Since last summer I have been working on a new shelf for our living room. I love the look of old wooden wine boxes and always wanted to create some sort of furniture out of them. This summer I got some boxes from my grandma and her brother so I finally could start.

wooden wine boxes First of all I had to remove the battens my grandpa once used to close the box. He was a very handy person and always used the stuff he already had. So closing up those wine boxes and isulating them with styrofoam seemed to him a good way to use the boxes as a storage for apples.

After I restored the original form, I sanded the boxes until they were smooth and had no sharp edges anymore. In a next step I used a special glaze to kill any possible woodworms.

glazing the boxesAs the glaze had dried, I painted the boxes with a transparent colour to keep the natural vintage look. On top of that the colour made the boxes even more resistant to any damage.

Although I finished everything back in autumn we never came around to actually put the single boxes together to a new shelf. Last weekend we finally found some time and screwed the boxes together.

wine box shelfI was so excited to see how my project came together in the end. I have to admit I was pretty proud of myself after the shelf stood there in all its glory ;).

wine box shelfSince then I haven’t had one evening not being immensely happy with our new shelf. I love the different looks of the single wine boxes. Every single one could tell a different story and brings some real history into our home.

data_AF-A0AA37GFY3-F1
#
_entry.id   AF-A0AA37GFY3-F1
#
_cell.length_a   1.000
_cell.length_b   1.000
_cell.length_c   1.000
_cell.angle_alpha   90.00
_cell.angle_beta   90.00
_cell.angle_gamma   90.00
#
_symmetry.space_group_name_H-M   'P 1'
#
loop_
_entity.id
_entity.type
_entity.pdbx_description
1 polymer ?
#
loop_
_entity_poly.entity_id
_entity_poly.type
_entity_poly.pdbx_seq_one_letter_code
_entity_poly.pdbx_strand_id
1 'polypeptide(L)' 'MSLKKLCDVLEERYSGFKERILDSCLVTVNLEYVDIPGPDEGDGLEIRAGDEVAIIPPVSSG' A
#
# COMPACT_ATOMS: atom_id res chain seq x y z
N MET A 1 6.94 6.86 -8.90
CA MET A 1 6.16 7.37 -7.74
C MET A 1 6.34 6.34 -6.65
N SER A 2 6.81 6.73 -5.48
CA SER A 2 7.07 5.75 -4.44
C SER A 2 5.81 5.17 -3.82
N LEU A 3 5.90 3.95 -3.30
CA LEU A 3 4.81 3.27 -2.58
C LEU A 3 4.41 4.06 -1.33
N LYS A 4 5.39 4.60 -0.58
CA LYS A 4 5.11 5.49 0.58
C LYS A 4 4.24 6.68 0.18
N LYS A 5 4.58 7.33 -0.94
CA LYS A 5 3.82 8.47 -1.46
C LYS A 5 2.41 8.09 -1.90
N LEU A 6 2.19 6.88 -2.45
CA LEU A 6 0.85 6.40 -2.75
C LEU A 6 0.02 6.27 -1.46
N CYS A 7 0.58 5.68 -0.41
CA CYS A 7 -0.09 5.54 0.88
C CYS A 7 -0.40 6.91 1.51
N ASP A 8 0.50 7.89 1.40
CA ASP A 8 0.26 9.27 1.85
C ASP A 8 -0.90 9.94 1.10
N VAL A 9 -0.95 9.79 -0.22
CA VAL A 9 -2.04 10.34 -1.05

One Weekend in Wroclaw

To be honest, Wroclaw was never on top of my travel bucket list, but a close friend of mine decided to go there studying. So me and a friend decided to drive up to Wroclaw over the long weekend at the beginning of November. After our short trip, I truly recomment visiting this charming town.

Wroclaw city center main squareThe city isn’t that big and you can reach most of the main sights by foot. The area around the main square and town hall is just lovely. I really like those old or in this case old looking houses. It’s simply prettier than modern architecture, if you ask me.

town hall wroclawAround the town hall, you’ll find a lot of nice restaurants and cafés. Also the flower market is right around the corner. It is open twenty-four hours to give especially men a chance to buy an excuse gift after a long night out.

On our first day we mainly explored the city and ended up visiting the Pan Tadeusz Museum. The museum is near the town hall and tells the story of the popular polish writer Adam Mickiewicz and his main work, the poem Pan Tadeusz.

Pan Tadeusz Museum Pan Tadeusz MuseumThe exhibition was very interactive, presenting the information in various different ways. It was great fun exploring the history of the polish poem and its significance for the polish culture.